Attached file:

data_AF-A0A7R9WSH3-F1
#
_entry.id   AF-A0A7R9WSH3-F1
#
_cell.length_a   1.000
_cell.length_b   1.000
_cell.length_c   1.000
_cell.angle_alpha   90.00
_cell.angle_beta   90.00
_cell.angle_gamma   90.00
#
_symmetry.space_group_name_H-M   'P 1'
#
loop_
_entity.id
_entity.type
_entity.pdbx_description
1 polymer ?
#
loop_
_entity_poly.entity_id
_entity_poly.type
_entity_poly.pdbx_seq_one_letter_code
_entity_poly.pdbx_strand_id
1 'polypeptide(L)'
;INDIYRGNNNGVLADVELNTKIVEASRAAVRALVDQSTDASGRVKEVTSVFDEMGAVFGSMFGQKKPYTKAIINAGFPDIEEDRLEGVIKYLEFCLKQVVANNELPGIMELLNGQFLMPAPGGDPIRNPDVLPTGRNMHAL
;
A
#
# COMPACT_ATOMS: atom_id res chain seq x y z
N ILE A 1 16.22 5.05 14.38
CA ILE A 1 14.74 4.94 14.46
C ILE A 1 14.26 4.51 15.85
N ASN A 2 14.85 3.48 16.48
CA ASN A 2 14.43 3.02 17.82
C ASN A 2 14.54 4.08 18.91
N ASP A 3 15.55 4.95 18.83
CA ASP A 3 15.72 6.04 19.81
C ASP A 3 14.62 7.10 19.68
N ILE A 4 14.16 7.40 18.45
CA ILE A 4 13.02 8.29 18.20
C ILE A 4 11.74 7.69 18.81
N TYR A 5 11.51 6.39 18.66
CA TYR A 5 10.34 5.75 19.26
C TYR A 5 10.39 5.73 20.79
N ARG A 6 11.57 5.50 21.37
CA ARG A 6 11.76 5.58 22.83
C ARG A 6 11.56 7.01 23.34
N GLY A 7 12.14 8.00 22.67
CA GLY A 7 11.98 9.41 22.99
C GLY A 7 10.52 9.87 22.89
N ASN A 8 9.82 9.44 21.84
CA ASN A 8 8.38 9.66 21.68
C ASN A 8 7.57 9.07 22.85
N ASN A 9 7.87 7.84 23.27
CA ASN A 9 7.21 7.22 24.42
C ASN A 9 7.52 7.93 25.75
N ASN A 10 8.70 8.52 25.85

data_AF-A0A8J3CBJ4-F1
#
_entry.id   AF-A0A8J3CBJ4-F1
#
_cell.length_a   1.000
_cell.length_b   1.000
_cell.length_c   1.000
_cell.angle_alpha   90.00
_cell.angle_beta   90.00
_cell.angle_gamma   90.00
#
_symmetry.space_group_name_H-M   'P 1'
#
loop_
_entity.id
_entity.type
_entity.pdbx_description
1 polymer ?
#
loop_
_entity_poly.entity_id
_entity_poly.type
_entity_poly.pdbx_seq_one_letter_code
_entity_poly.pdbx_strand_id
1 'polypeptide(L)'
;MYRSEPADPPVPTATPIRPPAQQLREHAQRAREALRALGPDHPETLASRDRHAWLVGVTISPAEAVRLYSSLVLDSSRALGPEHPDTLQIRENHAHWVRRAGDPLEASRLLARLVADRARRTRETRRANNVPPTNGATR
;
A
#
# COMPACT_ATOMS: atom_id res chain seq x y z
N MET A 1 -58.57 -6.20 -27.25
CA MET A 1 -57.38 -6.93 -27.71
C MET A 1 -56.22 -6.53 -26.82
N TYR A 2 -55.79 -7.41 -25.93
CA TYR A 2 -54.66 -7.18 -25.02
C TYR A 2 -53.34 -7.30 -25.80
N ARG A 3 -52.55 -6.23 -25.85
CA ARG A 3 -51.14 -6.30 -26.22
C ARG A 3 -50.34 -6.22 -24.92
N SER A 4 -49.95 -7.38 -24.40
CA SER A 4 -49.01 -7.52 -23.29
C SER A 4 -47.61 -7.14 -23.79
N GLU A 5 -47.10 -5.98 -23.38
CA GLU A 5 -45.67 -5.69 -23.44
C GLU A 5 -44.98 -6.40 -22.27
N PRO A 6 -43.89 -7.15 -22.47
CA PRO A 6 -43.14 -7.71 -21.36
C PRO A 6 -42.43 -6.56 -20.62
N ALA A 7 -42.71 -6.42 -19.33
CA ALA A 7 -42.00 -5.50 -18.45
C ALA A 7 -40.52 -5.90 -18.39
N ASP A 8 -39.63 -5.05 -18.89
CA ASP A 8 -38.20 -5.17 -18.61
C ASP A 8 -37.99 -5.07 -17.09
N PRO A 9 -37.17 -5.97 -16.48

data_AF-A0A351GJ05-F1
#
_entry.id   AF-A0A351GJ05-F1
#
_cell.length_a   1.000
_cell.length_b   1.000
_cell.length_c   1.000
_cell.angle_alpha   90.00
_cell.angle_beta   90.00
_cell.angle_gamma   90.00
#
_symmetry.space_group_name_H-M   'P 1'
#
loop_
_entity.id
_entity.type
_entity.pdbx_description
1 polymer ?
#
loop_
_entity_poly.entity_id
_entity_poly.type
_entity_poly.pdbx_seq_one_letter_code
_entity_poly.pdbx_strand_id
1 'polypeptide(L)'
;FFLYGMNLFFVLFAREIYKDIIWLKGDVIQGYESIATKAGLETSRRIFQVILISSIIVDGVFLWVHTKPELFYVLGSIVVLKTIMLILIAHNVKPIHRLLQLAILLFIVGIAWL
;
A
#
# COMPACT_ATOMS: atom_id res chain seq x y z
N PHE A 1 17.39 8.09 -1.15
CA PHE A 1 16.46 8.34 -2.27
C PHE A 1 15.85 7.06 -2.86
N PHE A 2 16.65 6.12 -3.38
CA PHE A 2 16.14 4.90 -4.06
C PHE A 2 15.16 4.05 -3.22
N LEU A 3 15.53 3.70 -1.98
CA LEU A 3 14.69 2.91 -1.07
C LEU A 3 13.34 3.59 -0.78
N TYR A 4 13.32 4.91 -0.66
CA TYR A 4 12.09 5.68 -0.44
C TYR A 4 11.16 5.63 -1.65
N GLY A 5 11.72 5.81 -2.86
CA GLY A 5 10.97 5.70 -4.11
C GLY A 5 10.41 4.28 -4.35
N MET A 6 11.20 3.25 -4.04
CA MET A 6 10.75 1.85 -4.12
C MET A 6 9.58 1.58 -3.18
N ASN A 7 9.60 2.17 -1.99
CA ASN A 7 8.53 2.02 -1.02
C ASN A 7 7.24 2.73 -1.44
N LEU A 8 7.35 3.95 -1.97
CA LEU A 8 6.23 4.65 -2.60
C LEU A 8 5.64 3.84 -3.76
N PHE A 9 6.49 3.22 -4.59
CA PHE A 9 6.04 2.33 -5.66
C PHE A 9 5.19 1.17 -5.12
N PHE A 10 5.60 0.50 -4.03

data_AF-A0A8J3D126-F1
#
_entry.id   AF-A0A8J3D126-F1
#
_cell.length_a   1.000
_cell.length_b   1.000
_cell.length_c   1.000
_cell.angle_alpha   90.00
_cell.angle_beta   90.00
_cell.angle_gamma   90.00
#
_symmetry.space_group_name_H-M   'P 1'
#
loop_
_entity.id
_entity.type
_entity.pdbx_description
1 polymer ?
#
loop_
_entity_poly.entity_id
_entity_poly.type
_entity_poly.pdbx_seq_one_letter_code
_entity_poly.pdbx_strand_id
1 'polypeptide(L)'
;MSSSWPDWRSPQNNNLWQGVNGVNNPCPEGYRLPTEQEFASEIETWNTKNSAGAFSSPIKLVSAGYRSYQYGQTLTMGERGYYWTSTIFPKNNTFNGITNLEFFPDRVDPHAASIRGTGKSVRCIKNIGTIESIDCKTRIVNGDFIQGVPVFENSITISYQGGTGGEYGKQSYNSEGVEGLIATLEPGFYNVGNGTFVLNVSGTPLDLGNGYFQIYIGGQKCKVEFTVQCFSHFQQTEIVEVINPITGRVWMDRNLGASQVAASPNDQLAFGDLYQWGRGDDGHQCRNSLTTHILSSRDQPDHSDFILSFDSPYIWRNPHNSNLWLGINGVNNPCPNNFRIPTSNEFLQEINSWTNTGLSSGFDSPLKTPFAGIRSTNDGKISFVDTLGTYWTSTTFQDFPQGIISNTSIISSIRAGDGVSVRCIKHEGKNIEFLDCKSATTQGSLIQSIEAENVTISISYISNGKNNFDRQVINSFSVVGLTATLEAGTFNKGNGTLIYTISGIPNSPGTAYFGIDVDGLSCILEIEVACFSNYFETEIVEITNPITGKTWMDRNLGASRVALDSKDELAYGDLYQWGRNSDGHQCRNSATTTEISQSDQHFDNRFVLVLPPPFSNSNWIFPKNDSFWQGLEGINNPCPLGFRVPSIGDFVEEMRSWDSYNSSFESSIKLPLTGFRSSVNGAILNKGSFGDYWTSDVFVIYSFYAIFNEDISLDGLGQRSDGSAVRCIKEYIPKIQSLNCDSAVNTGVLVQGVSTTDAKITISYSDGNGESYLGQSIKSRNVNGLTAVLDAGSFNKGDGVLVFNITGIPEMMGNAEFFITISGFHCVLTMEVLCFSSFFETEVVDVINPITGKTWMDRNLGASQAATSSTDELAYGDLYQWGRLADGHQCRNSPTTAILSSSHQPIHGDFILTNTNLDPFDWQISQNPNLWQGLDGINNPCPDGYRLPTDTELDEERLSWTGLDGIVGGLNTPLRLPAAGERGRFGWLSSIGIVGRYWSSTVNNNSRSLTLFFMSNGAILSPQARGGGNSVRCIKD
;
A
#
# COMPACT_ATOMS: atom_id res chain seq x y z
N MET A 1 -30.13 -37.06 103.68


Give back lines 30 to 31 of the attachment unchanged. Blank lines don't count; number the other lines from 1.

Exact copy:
# COMPACT_ATOMS: atom_id res chain seq x y z
N ILE A 1 16.22 5.05 14.38